US3957007A (en) * 1974-11-15 1976-05-18 The Thomas Company Air powered water propulsion method and apparatus
US4159717A (en) * 1977-06-07 1979-07-03 Under Sea Industries, Inc. Antiset protector for second stage scuba regulators
US4345593A (en) * 1978-07-19 1982-08-24 A-T-O Inc. Pressure-demand breathing apparatus with automatic air shut-off
US4250876A (en) * 1978-08-10 1981-02-17 Robertshaw Controls Company Emergency life support system
US4334532A (en) * 1979-06-21 1982-06-15 Chubb Panorama Limited Valves and breathing apparatus incorporating such valves
US4361145A (en) * 1979-10-09 1982-11-30 Aga Aktiebolag Respirator mask
US4328798A (en) * 1980-09-08 1982-05-11 Max Isaacson Breathing apparatus with connector system for supplying emergency air to another individual
US4298023A (en) * 1980-09-09 1981-11-03 Mcginnis Gerald E Spring loaded exhalation valve
US4345592A (en) * 1980-09-10 1982-08-24 A-T-O Inc. Pressure demand regulator with automatic shut-off
US4667670A (en) * 1982-03-20 1987-05-26 Racal Panorama Limited Gas flow control valves
US4693242A (en) * 1982-04-02 1987-09-15 Fenzy S.A. Coupling connectors for respirator masks
US4572176A (en) * 1982-12-10 1986-02-25 Dragerwerk Aktiengesellschaft Control for a protective mask which operates with excess internal pressure
US4714077A (en) * 1986-02-24 1987-12-22 Mine Safety Appliances Company Replenishable self contained breathing apparatus
US4838256A (en) * 1988-04-28 1989-06-13 Miltz Arthur I Method and apparatus for air transfer between scuba divers
US4949889A (en) * 1989-06-13 1990-08-21 Carson Ronald H Bracket for mounting auxiliary compressed air tank to a main tank
US5072728A (en) * 1989-09-12 1991-12-17 Dragerwerk Ag Recirculating respirator
US5259372A (en) * 1991-06-24 1993-11-09 Gross Betty J Oxygen cylinder carrier apparatus particularly for stretchers
US5425358A (en) * 1992-08-03 1995-06-20 Vital Signs, Inc. Pressure limiting valve for ventilation gas apparatus
US5271387A (en) * 1992-08-11 1993-12-21 Murray Dive Inc. Harness connector for scuba tanks and the like
US5400934A (en) * 1992-10-16 1995-03-28 Skis Rossignol S.A. Rucksack
US6405728B1 (en) * 1995-06-09 2002-06-18 Draeger Limited Breathing apparatus
US5678542A (en) * 1996-05-28 1997-10-21 Maffatone; Anthony Neil Decompression gas switching manifold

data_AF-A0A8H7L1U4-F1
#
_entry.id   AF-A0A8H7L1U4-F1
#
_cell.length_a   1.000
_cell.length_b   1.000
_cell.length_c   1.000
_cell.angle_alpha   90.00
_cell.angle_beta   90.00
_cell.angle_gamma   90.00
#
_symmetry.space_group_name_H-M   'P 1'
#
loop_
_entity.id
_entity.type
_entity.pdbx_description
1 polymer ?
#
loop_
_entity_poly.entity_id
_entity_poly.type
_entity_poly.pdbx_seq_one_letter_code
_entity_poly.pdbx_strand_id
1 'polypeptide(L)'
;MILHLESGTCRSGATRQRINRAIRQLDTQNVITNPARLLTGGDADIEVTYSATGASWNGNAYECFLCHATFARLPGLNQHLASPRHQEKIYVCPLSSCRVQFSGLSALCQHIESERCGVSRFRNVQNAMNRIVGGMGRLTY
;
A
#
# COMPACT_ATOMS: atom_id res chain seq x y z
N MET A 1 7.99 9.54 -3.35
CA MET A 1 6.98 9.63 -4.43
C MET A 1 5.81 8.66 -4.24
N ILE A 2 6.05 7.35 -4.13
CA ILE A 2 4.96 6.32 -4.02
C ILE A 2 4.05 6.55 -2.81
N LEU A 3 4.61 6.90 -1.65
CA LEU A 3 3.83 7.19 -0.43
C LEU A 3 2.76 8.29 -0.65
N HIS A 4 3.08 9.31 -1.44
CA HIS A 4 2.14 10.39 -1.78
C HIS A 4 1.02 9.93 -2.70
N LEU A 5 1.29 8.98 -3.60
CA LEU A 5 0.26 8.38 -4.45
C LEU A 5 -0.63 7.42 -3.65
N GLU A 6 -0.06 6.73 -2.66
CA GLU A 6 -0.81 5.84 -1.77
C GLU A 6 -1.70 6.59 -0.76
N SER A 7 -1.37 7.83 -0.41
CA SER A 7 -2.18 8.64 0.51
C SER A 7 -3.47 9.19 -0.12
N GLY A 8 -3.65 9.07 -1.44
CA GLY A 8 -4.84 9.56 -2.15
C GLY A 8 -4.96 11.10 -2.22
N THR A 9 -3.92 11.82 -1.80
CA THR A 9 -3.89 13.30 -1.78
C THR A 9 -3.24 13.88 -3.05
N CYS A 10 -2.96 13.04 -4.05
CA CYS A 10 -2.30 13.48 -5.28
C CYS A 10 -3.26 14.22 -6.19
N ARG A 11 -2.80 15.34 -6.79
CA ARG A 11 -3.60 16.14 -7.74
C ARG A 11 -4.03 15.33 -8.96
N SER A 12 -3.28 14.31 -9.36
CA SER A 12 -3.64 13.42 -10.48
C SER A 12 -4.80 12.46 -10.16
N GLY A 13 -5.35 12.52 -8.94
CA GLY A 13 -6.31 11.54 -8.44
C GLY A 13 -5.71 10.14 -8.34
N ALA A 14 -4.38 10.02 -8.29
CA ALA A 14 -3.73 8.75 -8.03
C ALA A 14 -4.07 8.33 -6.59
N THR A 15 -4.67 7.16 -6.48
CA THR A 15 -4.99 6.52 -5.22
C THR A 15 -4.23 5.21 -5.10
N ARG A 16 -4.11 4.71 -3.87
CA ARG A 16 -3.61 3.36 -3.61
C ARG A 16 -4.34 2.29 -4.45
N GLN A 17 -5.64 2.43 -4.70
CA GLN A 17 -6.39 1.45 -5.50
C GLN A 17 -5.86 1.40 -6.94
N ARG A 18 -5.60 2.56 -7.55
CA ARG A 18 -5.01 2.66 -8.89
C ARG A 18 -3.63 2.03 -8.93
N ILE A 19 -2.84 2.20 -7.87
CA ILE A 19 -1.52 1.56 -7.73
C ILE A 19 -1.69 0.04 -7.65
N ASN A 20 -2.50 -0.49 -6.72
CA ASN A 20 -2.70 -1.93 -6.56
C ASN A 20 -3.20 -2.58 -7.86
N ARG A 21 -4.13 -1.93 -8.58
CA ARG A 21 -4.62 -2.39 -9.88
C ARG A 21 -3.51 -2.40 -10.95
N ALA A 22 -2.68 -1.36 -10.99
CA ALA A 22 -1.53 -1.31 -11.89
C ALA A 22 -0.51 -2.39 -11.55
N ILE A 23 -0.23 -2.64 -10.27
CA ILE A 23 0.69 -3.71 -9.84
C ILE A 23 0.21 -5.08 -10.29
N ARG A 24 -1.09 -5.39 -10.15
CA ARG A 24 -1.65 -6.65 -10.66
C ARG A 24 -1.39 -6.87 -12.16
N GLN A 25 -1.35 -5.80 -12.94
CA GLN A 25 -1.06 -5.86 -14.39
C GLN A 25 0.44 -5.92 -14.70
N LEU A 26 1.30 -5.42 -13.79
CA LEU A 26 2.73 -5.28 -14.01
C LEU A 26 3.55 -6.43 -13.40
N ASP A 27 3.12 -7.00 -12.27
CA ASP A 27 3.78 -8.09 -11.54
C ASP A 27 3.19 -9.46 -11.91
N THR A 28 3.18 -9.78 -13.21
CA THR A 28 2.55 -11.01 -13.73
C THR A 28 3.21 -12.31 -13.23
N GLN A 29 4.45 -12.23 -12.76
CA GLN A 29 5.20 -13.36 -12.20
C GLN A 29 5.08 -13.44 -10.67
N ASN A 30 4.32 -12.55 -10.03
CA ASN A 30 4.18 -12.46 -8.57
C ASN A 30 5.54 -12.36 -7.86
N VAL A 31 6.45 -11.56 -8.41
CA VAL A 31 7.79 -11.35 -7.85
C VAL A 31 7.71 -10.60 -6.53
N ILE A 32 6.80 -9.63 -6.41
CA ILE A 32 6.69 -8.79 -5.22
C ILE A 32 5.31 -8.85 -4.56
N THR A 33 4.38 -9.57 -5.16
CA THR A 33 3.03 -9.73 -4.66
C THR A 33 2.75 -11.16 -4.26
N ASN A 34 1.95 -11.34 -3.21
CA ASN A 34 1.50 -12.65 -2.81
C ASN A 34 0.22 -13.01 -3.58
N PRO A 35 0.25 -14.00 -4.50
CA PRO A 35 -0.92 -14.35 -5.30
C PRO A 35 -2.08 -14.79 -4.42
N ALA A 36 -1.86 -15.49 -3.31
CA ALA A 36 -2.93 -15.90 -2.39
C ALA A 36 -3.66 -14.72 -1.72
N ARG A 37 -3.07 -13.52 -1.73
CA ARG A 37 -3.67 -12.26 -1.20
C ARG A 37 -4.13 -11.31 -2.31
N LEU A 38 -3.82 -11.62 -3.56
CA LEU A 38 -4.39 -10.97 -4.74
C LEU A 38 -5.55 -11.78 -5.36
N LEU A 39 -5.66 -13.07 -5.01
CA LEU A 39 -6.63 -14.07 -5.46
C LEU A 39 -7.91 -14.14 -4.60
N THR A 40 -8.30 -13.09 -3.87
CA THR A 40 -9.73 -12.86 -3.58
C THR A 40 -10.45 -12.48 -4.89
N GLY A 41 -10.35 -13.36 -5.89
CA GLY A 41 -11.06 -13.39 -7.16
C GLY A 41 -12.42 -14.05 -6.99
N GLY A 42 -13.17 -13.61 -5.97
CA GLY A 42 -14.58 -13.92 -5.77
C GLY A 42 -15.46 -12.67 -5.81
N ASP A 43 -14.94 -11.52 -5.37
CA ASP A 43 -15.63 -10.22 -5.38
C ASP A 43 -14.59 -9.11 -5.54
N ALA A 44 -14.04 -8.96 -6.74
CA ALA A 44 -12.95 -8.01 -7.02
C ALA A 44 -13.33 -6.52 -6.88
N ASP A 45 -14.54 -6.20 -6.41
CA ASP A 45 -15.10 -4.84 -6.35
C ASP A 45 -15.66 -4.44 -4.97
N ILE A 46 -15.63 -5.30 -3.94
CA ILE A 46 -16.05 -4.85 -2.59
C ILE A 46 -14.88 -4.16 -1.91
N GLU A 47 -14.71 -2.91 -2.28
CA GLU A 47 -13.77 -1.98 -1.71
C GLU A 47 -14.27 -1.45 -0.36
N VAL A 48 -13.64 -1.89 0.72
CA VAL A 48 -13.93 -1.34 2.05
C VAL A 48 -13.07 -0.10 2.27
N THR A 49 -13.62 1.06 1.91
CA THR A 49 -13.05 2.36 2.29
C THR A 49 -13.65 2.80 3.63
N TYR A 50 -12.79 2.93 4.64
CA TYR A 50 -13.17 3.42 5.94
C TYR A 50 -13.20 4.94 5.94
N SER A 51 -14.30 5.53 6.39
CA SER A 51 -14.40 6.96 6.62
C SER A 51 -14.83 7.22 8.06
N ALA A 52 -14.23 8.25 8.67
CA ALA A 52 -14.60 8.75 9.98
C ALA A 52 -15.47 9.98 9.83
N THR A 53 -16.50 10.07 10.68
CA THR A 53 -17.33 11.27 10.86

US6457473B1 (en) 1997-10-03 2002-10-01 3M Innovative Properties Company Drop-down face mask assembly
US6732733B1 (en) * 1997-10-03 2004-05-11 3M Innovative Properties Company Half-mask respirator with head harness assembly
US6082359A (en) * 1997-12-11 2000-07-04 Preston; Paul Christopher Dual cylinder manifold
US6651660B2 (en) * 2000-09-12 2003-11-25 DRäGER AEROSPACE GMBH Apparatus for supplying respiratory gas to a parachute jumper
US9205286B2 (en) 2003-07-04 2015-12-08 Sti Licensing Corporation Quick connect pressure reducer/cylinder valve for self-contained breathing apparatus
US7191790B1 (en) 2003-07-04 2007-03-20 Scott Technologies, Inc. Quick connect pressure reducer/cylinder valve for self-contained breathing apparatus
US20080196725A1 (en) * 2003-07-04 2008-08-21 Mele Ronald B Quick connect pressure reducer/cylinder valve for self-contained breathing apparatus
US20080196721A1 (en) * 2003-07-04 2008-08-21 Mele Ronald B Quick connect pressure reducer/cylinder valve for self-contained breathing apparatus
US20080216837A1 (en) * 2003-07-04 2008-09-11 Mele Ronald B Quick connect pressure reducer/cylinder valve for self contained breathing apparatus
US7866340B2 (en) 2003-07-04 2011-01-11 Sti Licensing Corp. Universal pressure reducer for self-contained breathing apparatus
US7866338B2 (en) 2003-07-04 2011-01-11 Sti Licensing Corp. Quick connect pressure reducer/cylinder valve for self-contained breathing apparatus
EP2111898A3 (en) * 2004-09-27 2009-12-23 Avon Protection Systems, Inc. Respirator exhalation unit
US20080257352A1 (en) * 2004-09-27 2008-10-23 Avon P0Rotection Systems, Inc. Respirator Exhalation Unit
WO2006037000A1 (en) * 2004-09-27 2006-04-06 Avon Protection Systems, Inc. Respirator exhalation unit
KR101172367B1 (en) 2004-09-27 2012-08-08 애번 프로텍션 시스템 인코포레이티드 Respirator exhalation unit
KR101172366B1 (en) 2004-09-27 2012-08-10 애번 프로텍션 시스템 인코포레이티드 Respirator exhalation unit
US7866319B2 (en) 2004-09-27 2011-01-11 Avon Protection Systems, Inc. Respirator exhalation unit
US20110277766A1 (en) * 2008-12-30 2011-11-17 Koninklijke Philips Electronics N.V. Mask and method for delivering a therapeutic breathable substance
US20140224252A1 (en) * 2011-03-18 2014-08-14 Draeger Safety Uk Limited Harness for breating apparatus
WO2014023933A3 (en) * 2012-08-06 2014-11-13 Scott Health & Safety Limited Switchable exhale filter system
CN104661710A (en) * 2012-08-06 2015-05-27 斯科特卫生安全有限公司 Switchable exhale filter system
WO2014140603A3 (en) * 2013-03-15 2014-11-13 Scott Health & Safety Ltd. Automatic switchable exhale cartridge
US9849314B2 (en) * 2013-11-29 2017-12-26 Msa Technology, Llc Breathing apparatus with illuminated connection
US20150151145A1 (en) * 2013-11-29 2015-06-04 Mine Safety Appliances Company Breathing apparatus with illuminated connection
WO2017119895A1 (en) * 2016-01-06 2017-07-13 TrainingMask L.L.C. Resistance breathing device
WO2017164895A1 (en) * 2016-03-22 2017-09-28 Trainingmask, Llc Resistance breathing device
US9643048B1 (en) 2016-09-09 2017-05-09 TrainingMask L.L.C. Resistance breathing device
US9802079B1 (en) 2016-09-09 2017-10-31 TrainingMask L.L.C. Resistance breathing device